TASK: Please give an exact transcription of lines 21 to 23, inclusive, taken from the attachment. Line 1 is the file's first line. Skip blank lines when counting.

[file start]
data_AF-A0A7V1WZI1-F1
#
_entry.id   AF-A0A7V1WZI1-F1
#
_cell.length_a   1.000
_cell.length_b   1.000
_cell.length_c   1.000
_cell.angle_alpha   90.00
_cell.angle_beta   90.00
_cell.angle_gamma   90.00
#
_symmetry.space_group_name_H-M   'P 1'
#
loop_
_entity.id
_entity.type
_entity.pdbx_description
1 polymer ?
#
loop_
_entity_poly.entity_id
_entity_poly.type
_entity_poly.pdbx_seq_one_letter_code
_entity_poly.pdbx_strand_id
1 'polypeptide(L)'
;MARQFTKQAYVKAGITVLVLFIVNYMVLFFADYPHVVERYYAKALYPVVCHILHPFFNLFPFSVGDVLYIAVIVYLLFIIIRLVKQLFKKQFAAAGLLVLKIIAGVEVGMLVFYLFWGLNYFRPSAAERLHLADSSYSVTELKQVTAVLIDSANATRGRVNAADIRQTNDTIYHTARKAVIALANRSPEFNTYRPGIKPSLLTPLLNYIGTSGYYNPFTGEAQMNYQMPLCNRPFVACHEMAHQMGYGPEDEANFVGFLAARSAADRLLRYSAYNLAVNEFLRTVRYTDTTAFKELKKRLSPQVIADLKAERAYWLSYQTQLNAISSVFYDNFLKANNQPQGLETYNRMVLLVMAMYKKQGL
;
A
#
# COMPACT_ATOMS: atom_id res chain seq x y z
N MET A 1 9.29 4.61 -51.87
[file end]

_entity_poly.entity_id
_entity_poly.type
_entity_poly.pdbx_seq_one_letter_code